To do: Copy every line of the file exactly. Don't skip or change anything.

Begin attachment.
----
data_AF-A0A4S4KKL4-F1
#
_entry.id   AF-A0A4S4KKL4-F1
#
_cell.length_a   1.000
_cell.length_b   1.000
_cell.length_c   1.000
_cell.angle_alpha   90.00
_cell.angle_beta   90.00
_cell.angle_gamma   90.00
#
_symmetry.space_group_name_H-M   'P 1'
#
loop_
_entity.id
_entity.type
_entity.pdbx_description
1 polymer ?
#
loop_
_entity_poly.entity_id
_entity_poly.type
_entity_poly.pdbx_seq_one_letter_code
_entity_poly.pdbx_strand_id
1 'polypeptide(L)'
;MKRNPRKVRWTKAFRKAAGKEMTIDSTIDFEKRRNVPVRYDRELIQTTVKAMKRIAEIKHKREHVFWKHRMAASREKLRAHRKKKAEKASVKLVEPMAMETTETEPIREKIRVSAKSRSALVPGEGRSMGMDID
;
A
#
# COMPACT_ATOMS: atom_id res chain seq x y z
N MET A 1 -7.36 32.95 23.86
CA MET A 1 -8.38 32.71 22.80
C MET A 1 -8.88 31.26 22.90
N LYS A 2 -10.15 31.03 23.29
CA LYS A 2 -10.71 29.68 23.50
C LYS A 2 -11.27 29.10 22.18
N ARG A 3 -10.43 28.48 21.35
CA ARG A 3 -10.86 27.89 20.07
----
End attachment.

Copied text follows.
data_AF-A0A4S4KKL4-F1
#
_entry.id   AF-A0A4S4KKL4-F1
#
_cell.length_a   1.000
_cell.length_b   1.000
_cell.length_c   1.000
_cell.angle_alpha   90.00
_cell.angle_beta   90.00
_cell.angle_gamma   90.00
#
_symmetry.space_group_name_H-M   'P 1'
#
loop_
_entity.id
_entity.type
_entity.pdbx_description
1 polymer ?
#
loop_
_entity_poly.entity_id
_entity_poly.type
_entity_poly.pdbx_seq_one_letter_code
_entity_poly.pdbx_strand_id
1 'polypeptide(L)'
;MKRNPRKVRWTKAFRKAAGKEMTIDSTIDFEKRRNVPVRYDRELIQTTVKAMKRIAEIKHKREHVFWKHRMAASREKLRAHRKKKAEKASVKLVEPMAMETTETEPIREKIRVSAKSRSALVPGEGRSMGMDID
;
A
#
# COMPACT_ATOMS: atom_id res chain seq x y z
N MET A 1 -7.36 32.95 23.86
CA MET A 1 -8.38 32.71 22.80
C MET A 1 -8.88 31.26 22.90
N LYS A 2 -10.15 31.03 23.29
CA LYS A 2 -10.71 29.68 23.50
C LYS A 2 -11.27 29.10 22.18
N ARG A 3 -10.43 28.48 21.35
CA ARG A 3 -10.86 27.89 20.07